ReegexEmail

3 reasons why you should stop using regex email validation

As email is one of the most efficient ways of keeping in touch with your customers, your contact database is your most precious asset. However, keeping bad addresses out of your database is just as crucial as adding the good ones in. From poor delivery and response rates to damaging your sender reputation, mistakes and bogus emails input by users can negatively impact your marketing campaigns. A quick internet search will find many services purporting to verify bad emails. But are they all delivering the same level of service?

For most developers looking for a quick solution, the first point of call is usually a regular expression. Regex is complex to write, to debug and only does half the job.

Here are 3 more reasons why you should pull the plug on regex for validating your email addresses.

1) It’s too restrictive

More often than not regex is far too restrictive. Most of the regex examples available are incorrect and fail to cater for rarer email addresses for the user portion of an email address.

Does your verification account for the various characters and symbols people use in their email address? The RFC goes into the requirements of how email addresses need to be formatted, and there is a whole heap of variation! The local string (the part of the email address that comes before the @ permits a lot more characters than you might expect. !#$%&’*+-/=?^_`{|}~ are all valid characters so if you’re excluding these, you could be turning potential customers away. It’s also worth bearing in mind that your users may choose to filter their inbox by appending a modifier onto their address for example ‘email+spam@gmail.com’.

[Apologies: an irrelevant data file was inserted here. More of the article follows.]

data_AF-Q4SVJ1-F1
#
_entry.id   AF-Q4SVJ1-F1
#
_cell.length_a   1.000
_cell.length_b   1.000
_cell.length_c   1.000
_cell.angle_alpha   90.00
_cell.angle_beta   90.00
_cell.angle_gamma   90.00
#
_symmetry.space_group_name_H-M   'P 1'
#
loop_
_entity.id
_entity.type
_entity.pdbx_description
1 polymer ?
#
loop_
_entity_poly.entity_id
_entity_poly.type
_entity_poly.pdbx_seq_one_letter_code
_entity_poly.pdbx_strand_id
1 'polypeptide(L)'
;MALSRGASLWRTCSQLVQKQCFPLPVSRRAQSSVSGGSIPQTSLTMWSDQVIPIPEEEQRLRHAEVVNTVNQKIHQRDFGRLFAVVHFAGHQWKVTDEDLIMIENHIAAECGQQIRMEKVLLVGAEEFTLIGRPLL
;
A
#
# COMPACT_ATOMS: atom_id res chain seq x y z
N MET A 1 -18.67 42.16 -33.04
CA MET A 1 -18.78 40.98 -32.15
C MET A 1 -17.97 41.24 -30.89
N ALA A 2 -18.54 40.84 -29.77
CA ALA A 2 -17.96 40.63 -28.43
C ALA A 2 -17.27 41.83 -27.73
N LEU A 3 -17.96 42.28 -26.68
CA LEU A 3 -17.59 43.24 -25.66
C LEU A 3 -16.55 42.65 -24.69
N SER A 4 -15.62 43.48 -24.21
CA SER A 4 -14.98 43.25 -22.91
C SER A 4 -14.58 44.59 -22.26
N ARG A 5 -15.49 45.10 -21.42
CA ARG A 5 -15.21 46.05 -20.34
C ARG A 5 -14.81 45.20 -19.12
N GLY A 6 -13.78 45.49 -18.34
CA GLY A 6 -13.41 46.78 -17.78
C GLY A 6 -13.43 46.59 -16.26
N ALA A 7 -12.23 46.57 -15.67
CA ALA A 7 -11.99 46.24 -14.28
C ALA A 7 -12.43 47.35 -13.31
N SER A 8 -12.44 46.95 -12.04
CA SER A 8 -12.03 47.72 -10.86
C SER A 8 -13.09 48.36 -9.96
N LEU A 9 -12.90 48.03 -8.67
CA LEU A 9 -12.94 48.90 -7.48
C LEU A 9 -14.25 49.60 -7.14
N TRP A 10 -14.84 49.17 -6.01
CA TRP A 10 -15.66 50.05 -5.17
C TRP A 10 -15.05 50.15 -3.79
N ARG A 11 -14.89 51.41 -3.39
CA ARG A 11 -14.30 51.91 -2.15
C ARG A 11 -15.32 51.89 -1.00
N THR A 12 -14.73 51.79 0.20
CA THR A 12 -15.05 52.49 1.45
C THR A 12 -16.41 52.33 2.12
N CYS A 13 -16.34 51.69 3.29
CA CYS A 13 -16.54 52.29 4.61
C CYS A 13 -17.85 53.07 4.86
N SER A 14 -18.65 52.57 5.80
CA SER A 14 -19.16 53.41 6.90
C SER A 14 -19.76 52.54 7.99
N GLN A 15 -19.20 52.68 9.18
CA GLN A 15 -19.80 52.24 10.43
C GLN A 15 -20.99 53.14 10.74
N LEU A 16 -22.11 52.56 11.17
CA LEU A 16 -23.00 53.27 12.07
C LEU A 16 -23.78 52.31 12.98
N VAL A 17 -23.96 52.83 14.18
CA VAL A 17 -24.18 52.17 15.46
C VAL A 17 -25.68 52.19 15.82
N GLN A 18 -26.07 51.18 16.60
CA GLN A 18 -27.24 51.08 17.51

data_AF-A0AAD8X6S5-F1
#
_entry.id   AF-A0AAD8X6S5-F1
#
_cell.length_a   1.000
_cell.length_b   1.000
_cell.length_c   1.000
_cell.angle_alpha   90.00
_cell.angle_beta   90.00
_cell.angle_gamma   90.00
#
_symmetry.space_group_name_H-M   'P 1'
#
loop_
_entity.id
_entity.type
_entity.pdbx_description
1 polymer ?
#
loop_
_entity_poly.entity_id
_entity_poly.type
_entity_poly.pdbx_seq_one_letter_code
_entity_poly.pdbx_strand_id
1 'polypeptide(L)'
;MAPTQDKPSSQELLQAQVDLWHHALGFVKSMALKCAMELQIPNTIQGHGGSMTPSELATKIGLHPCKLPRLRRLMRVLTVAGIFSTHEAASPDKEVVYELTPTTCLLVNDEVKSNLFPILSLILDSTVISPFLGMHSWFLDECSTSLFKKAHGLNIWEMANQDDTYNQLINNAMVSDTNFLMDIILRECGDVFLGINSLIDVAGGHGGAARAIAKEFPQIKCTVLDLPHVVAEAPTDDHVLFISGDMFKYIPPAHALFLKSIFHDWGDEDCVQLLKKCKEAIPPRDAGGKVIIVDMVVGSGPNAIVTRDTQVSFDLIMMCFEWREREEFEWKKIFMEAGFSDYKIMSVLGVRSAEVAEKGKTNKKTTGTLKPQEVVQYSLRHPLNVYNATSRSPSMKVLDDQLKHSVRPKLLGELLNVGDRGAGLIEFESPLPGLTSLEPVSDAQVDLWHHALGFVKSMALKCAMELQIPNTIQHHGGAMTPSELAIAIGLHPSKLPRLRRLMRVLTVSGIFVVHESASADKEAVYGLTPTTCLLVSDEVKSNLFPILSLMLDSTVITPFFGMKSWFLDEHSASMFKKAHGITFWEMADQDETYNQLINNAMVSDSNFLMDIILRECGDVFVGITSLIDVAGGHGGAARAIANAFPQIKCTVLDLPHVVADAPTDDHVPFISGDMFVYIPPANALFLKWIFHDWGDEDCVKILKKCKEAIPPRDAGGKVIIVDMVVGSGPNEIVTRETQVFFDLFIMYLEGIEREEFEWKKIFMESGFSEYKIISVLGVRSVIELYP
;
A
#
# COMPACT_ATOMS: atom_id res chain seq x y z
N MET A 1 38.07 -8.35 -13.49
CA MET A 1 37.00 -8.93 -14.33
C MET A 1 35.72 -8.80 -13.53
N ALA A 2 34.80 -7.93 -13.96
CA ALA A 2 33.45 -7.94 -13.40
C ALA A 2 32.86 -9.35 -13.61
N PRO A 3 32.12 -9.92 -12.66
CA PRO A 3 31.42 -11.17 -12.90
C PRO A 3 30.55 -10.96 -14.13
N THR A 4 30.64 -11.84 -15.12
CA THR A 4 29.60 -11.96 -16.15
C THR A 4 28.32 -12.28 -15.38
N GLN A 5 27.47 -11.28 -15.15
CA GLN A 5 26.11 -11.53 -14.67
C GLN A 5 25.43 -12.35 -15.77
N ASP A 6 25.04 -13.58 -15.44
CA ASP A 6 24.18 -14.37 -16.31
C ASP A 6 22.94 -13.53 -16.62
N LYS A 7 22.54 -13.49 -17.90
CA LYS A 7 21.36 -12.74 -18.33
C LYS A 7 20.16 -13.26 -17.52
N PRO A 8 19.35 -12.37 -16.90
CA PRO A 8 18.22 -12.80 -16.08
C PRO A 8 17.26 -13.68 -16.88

2) Regex doesn’t actually check…

a) Whether the domain even exists.

b) If the domain does exist – does it have a mail server that is routable? (MX records that point the internet to the mail server for that domain).

c) If the user account actually exists? Although perhaps syntactically correct, an email that passes Regex validation won’t be able to guarantee the existence of the user’s inbox.

3)  It lets in temporary addresses

Even with all of the above checks it’s not an easy task to check if an email address is “valid” as there are lots of 10/15 minute mailbox providers. These companies will create a random domain, register a mail server on it and give you a temporary email address for 10 minutes before closing it down again. These temporary addresses will pass all validity checks but still aren’t what most business would deem a valid, marketable email address and certainly not something you want to be wasting your marketing resource on.

So what’s the solution?

A good email validation tool will go way beyond checking the syntax of the email address or pinging a mail server. Businesses need to invest in a solution that conducts additional, rigorous checks in order for accurate and valid responses to be returned. Simply checking that emails contain an @ symbol and dots is just not enough. A good tool will also check that the domain exists and that it is able to receive inbound messages, all in real-time. 

Email verification from PCA Predict is available on a pay-as-you-go basis with no set up fees and no minimum usage limits. Our API makes it possible to integrate email address checks on your website, app or CRM forms – wherever you collect email addresses.